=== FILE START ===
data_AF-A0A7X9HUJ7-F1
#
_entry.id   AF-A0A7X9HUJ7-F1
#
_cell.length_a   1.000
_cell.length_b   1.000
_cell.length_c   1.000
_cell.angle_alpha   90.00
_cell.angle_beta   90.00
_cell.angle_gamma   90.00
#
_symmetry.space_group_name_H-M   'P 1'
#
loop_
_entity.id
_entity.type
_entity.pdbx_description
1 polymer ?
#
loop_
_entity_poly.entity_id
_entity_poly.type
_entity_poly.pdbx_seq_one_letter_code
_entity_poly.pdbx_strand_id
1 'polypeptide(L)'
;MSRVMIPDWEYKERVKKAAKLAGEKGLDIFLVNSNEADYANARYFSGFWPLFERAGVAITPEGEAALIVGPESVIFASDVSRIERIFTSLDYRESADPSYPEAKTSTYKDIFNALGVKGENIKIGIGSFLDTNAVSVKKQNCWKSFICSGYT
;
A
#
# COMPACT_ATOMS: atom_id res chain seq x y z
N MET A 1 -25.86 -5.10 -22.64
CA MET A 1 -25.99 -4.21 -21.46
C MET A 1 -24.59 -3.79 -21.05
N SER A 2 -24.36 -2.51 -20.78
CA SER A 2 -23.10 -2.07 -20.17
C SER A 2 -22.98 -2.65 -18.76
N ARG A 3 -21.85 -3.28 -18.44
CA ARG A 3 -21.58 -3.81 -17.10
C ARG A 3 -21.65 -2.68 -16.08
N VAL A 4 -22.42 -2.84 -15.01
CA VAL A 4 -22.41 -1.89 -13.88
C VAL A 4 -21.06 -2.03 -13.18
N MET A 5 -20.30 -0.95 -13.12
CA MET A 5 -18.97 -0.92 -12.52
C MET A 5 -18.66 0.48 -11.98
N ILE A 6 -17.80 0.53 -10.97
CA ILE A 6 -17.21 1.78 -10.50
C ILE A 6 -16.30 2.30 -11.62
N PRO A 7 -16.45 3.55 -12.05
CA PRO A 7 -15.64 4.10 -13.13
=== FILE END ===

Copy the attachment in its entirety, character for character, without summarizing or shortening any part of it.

data_AF-A0A7X9HUJ7-F1
#
_entry.id   AF-A0A7X9HUJ7-F1
#
_cell.length_a   1.000
_cell.length_b   1.000
_cell.length_c   1.000
_cell.angle_alpha   90.00
_cell.angle_beta   90.00
_cell.angle_gamma   90.00
#
_symmetry.space_group_name_H-M   'P 1'
#
loop_
_entity.id
_entity.type
_entity.pdbx_description
1 polymer ?
#
loop_
_entity_poly.entity_id
_entity_poly.type
_entity_poly.pdbx_seq_one_letter_code
_entity_poly.pdbx_strand_id
1 'polypeptide(L)'
;MSRVMIPDWEYKERVKKAAKLAGEKGLDIFLVNSNEADYANARYFSGFWPLFERAGVAITPEGEAALIVGPESVIFASDVSRIERIFTSLDYRESADPSYPEAKTSTYKDIFNALGVKGENIKIGIGSFLDTNAVSVKKQNCWKSFICSGYT
;
A
#
# COMPACT_ATOMS: atom_id res chain seq x y z
N MET A 1 -25.86 -5.10 -22.64
CA MET A 1 -25.99 -4.21 -21.46
C MET A 1 -24.59 -3.79 -21.05
N SER A 2 -24.36 -2.51 -20.78
CA SER A 2 -23.10 -2.07 -20.17
C SER A 2 -22.98 -2.65 -18.76
N ARG A 3 -21.85 -3.28 -18.44
CA ARG A 3 -21.58 -3.81 -17.10
C ARG A 3 -21.65 -2.68 -16.08
N VAL A 4 -22.42 -2.84 -15.01
CA VAL A 4 -22.41 -1.89 -13.88
C VAL A 4 -21.06 -2.03 -13.18
N MET A 5 -20.30 -0.95 -13.12
CA MET A 5 -18.97 -0.92 -12.52
C MET A 5 -18.66 0.48 -11.98
N ILE A 6 -17.80 0.53 -10.97
CA ILE A 6 -17.21 1.78 -10.50
C ILE A 6 -16.30 2.30 -11.62
N PRO A 7 -16.45 3.55 -12.05
CA PRO A 7 -15.64 4.10 -13.13